HIPAA Audit Process

By September 6, 2016Health

As the use of electronic personal health information (PHI) continues to rise and public concern mounts over privacy and security at healthcare centers, the US Department of Health & Human Services’ Office for Civil Rights (OCR) is finally implementing a formal audit process that will ensure that the privacy, security, and breach notification standards that were set forth in the Health Insurance Portability and Accountability Act of 1996 (HIPAA) are upheld. All entities that are covered under HIPAA are now eligible for the audit process, including hospitals, health insurers, health care clearinghouses, and any health care providers that transmit PHI electronically. Additionally, phase two of the audit process, which will be completed at the end of 2016, includes auditing the entity’s business associates in order to ensure that all professional actions associated with the covered entity are HIPAA compliant. The implementation of such an audit process is long overdue, for the Health Information Technology for Economic and Clinical Health Act (HITECH) mandated in 2010 that audits must be completed at HIPAA-covered entities—however until now no formal process existed and the OCR would usually only investigate noncompliance cases following complaints, media attention, or a self-reported breach. Nonetheless the development of a standard audit protocol does indicate that the OCR is now taking the rise in non-compliance with HIPAA standards very seriously. Recent studies have found that about half of covered entities are noncompliant with at least one privacy standard, a shocking finding considering that a data breach of health information has the potential of putting millions of patients at risk.

The establishment of this audit process is of direct significance to all anesthesia management companies and anesthesia providers who are covered by HIPAA regulations, and it is thus critical to understand the specific process and the objectives of the audit in order to prepare for an inevitable review in the near future. While the HIPAA audit process may seem daunting, it is also a way for anesthesia management companies and providers to improve their security, identify any systemic flaws, and adopt a set of best practices that both honor and respect patients’ privacy.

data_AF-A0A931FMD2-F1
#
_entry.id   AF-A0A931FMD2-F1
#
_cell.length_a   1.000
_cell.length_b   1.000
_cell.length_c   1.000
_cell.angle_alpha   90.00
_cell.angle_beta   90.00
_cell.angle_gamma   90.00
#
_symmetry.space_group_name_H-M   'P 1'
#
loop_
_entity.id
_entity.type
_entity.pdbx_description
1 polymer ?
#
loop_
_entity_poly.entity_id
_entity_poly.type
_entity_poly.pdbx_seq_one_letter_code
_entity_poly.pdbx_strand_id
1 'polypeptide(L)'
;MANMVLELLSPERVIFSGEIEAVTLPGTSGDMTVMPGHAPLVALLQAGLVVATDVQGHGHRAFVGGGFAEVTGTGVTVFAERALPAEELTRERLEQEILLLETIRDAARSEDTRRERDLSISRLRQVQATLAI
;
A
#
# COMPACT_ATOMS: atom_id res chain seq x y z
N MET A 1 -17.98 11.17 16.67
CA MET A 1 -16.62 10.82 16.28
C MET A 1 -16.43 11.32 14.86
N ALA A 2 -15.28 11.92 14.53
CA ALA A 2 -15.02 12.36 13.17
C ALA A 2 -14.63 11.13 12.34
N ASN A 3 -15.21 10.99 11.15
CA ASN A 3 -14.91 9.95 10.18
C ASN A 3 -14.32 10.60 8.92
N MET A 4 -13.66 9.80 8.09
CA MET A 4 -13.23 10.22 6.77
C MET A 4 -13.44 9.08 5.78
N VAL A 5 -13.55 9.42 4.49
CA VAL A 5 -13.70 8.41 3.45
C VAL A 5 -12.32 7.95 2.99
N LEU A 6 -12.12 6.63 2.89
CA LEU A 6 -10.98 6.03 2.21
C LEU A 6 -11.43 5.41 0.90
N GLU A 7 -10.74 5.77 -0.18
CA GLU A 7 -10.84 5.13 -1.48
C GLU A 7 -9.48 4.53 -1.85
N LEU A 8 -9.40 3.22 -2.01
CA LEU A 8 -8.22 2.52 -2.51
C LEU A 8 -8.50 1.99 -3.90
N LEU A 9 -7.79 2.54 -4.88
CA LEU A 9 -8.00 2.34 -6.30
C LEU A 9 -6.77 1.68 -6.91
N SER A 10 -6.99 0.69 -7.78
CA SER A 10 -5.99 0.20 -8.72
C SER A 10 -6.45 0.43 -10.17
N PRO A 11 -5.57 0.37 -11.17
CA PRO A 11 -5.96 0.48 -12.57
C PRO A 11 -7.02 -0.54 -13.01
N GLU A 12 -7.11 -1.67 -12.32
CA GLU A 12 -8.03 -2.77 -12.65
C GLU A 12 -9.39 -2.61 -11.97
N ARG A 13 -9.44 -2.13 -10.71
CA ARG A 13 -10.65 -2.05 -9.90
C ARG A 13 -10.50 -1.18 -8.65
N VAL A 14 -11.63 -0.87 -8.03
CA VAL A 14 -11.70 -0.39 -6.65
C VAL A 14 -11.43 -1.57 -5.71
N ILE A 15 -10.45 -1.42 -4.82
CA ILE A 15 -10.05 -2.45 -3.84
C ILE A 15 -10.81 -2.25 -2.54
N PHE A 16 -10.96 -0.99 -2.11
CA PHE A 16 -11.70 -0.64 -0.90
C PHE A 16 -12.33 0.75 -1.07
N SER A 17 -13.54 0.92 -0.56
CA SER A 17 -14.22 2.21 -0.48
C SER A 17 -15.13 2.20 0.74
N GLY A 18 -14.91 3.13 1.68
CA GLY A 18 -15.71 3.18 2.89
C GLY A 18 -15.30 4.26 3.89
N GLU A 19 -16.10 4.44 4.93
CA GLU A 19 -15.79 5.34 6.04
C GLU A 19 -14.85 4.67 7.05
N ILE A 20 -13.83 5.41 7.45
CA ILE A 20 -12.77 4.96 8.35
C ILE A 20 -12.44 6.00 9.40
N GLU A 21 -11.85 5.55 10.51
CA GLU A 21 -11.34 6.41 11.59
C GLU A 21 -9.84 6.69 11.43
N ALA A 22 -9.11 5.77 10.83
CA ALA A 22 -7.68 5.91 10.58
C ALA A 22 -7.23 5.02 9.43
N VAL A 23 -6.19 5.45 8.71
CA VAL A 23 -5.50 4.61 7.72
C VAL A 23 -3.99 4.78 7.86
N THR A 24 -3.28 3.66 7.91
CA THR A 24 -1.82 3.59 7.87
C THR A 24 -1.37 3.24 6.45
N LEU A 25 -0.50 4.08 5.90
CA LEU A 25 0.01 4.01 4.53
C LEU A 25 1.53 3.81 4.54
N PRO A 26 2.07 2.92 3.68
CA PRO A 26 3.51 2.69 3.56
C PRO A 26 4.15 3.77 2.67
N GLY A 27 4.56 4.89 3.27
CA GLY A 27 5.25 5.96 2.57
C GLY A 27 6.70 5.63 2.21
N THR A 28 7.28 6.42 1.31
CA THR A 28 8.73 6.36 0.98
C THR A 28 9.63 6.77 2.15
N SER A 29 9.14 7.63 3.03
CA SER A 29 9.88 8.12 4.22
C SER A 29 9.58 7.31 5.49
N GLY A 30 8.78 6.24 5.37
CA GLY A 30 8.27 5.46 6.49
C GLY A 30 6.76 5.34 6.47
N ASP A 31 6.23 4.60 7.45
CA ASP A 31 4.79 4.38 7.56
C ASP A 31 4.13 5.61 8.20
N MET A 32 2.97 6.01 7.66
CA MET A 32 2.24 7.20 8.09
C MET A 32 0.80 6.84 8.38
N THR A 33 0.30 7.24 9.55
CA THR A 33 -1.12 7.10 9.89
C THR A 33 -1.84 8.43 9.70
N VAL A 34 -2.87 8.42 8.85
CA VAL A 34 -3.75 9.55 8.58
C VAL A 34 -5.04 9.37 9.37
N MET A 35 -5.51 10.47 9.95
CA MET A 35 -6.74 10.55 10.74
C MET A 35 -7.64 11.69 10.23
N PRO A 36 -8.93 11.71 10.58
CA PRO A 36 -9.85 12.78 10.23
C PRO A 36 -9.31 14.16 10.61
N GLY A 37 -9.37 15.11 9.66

During a given round of audits, OCR wishes to review a random sample of entities that is representative of the geographic, size, and structural diversity of all entities covered. When evaluating an entity, first a desk audit of the covered entity will occur, followed by a desk audit of the entity’s business associates, and finally there is the possibility of an onsite audit that will be even more rigorous and evaluate additional privacy requirements under HIPAA. A selected entity will be notified of the audit by email and will then have approximately two weeks to begin to deliver the appropriate documents to OCR through a secure online portal. Because the timeframe for submitting documents is so brief, one of the best ways to prepare for a potential audit is to gather all documented evidence of risk management plans, notices of privacy practices, and breach notification policies beforehand. All collected information will be analyzed, a draft of the findings will be presented to the audited entity, and the entity will have the ability to formally comment on any of the findings from the audit. Lastly the final report will be published, highlighting general issues and room for improvement in all audited entities, while not releasing individual entities’ names or specific violations. An individual entity will only be investigated further if a flagrant problem was found. Ultimately the OCR wishes to use this process not to financially punish those that are noncompliant but instead to identify systemic vulnerabilities and obstacles that entities face in order to equip them with better tools and practices to thus facilitate HIPAA compliance and reduce privacy breaches.